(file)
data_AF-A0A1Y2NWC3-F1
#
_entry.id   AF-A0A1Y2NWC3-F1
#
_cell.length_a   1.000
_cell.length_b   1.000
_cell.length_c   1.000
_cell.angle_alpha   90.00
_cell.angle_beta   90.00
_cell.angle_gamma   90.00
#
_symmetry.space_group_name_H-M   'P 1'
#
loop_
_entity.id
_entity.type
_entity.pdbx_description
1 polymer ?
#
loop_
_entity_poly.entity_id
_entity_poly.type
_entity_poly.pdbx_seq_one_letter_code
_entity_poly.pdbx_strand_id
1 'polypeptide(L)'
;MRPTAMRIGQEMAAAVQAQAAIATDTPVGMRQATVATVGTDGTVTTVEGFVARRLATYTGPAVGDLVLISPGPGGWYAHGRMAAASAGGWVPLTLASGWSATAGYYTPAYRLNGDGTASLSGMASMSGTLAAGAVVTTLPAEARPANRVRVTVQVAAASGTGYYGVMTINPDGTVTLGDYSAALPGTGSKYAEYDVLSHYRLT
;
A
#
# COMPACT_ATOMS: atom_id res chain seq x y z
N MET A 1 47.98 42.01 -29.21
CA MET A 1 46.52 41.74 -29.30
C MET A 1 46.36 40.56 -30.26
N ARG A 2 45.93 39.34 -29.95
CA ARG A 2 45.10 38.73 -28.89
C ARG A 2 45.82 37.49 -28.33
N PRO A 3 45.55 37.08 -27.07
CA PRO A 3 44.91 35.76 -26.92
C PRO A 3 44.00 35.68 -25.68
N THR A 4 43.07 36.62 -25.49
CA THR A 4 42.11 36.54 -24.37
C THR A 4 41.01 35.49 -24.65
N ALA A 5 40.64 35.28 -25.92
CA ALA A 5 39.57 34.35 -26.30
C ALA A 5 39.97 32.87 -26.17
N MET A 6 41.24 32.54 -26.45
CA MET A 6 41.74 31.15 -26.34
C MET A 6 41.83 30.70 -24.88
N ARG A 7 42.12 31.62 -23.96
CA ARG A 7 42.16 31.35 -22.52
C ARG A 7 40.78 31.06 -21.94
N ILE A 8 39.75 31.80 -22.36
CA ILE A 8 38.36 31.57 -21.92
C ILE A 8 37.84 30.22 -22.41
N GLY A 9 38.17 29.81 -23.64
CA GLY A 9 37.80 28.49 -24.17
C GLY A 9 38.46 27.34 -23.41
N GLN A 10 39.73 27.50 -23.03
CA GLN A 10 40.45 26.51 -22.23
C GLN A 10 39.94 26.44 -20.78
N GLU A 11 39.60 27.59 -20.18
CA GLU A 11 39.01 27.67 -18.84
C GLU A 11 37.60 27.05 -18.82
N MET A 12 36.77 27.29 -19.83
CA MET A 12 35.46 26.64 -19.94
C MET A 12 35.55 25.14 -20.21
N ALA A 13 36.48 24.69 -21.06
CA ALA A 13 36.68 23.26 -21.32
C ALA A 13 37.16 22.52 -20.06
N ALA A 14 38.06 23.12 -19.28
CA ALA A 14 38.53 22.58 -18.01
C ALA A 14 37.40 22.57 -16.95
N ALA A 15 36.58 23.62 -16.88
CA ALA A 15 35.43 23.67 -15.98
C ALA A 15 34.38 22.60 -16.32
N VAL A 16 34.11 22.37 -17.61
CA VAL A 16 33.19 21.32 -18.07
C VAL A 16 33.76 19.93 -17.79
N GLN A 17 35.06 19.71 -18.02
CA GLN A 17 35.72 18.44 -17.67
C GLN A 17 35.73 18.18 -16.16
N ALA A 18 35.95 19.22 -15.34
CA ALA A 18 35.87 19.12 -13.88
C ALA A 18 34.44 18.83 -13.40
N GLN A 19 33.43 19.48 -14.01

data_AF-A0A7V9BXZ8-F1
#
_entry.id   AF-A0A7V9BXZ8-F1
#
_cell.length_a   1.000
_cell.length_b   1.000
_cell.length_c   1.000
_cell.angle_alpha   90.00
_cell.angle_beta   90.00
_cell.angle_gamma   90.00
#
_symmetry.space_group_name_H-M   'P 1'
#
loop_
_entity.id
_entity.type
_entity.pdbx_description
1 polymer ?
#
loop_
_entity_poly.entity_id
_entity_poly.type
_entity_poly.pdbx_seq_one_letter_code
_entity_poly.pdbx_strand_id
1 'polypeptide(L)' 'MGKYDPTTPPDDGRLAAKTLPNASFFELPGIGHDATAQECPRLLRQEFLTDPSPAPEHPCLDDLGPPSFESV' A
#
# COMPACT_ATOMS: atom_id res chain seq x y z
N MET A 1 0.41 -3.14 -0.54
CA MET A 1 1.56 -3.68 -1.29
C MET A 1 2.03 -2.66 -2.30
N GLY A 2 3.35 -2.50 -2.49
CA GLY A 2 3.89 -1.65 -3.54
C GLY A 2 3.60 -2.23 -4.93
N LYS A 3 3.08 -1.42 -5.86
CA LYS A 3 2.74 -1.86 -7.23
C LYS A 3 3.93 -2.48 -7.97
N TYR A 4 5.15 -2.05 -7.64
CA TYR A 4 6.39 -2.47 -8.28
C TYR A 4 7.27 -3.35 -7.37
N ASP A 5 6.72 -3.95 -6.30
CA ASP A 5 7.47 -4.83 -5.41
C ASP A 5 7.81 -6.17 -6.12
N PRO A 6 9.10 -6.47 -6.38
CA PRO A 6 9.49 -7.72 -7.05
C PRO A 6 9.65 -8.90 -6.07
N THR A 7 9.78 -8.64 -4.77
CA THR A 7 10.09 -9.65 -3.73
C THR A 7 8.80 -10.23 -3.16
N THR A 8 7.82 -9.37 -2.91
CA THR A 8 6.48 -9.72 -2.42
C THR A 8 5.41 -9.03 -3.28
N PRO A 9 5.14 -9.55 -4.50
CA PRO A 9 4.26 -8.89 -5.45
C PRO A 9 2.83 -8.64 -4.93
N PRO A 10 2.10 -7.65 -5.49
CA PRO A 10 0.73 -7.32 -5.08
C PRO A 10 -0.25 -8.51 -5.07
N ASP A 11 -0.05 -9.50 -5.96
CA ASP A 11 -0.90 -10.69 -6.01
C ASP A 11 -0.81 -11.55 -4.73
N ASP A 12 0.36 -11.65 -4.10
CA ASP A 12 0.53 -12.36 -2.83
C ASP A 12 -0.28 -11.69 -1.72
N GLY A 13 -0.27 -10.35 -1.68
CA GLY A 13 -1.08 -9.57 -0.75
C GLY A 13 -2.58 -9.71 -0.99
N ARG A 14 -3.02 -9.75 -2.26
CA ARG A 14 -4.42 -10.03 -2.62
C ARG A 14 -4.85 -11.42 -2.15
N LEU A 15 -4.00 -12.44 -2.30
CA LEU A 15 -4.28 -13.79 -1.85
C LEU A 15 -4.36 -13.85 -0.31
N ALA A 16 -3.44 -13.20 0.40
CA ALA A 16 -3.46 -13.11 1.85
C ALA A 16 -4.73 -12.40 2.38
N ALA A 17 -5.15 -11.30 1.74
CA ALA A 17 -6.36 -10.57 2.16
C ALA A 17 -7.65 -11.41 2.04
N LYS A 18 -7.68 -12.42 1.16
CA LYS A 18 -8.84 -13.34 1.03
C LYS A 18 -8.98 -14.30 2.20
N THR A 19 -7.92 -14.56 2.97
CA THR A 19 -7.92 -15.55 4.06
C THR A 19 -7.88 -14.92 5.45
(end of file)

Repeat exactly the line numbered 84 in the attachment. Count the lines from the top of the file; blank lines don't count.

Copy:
C ALA A 18 34.44 18.83 -13.40